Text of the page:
Sam Smith – As the virtuous drive towards more multiculturalism grows increasingly powerful,a predictable but largely ignored problem raises its head, namely the more contact we have with those of other cultures the greater chance that we, or they, will say or do something found dumb or offensive.
The cancel culture is one example of this at work and, like other cases, it ironically has a divisive rather than unifying effect on those involved. And complaining about “white supremacy” is hardly the best way to build a cross-ethnic relationship. The oddity is that, in the name of a more united community, we can increase the anger.
This shouldn’t surprise us. If you have varied cultures, you’re going to have varied language, habits, values and beliefs. Handling differences that are the result of ignorance rather than prejudice, however, can not be usefully reduced to anger or dismissal. Rather they are an assignment for education and friendly prodding.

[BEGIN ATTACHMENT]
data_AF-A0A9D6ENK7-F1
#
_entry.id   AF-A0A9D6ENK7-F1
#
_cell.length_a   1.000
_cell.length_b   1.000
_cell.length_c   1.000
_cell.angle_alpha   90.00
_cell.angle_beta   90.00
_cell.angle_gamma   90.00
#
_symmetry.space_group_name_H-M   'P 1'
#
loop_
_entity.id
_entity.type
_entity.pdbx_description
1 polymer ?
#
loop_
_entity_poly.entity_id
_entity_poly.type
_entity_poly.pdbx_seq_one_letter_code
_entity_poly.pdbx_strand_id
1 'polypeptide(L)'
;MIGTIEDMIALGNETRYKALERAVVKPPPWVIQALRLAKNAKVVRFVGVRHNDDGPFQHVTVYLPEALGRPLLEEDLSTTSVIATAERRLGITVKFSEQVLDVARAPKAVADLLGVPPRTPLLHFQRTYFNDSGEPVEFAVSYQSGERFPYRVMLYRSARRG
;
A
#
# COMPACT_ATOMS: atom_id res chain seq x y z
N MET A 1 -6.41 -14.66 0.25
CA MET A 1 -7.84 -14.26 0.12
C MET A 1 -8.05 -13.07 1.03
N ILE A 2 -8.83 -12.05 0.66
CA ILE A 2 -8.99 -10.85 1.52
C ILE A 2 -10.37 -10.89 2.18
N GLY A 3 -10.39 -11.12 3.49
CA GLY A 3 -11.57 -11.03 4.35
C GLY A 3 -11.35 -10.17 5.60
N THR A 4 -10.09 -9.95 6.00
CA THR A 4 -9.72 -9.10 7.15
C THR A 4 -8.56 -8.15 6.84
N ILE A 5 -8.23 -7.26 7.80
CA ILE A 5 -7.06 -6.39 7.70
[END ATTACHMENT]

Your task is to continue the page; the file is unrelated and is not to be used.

Which is one reason I find it so strange that we are emphasizing teaching the evils of past ethnic relations without corrective educational attention to the ways they could be better.
Similarly, the use of the wrong pronouns in speaking of transgender folk should not be put on the same target list as, say, hatred of gays. Rather, ways should be found to gently correct the terminology rather than scold the speaker in question.
Our failure to even talk about this is in part a reflection of the decline of community in our society. One of the characteristics of a working community is the ability of its members to get along with each other even if they have social or political differences. As life has become more individualized, even such a traditional habit can be lost.
If we were to better separate lack of cultural knowledge from hatred, we would better our relationship with others. It’s worth at least a try.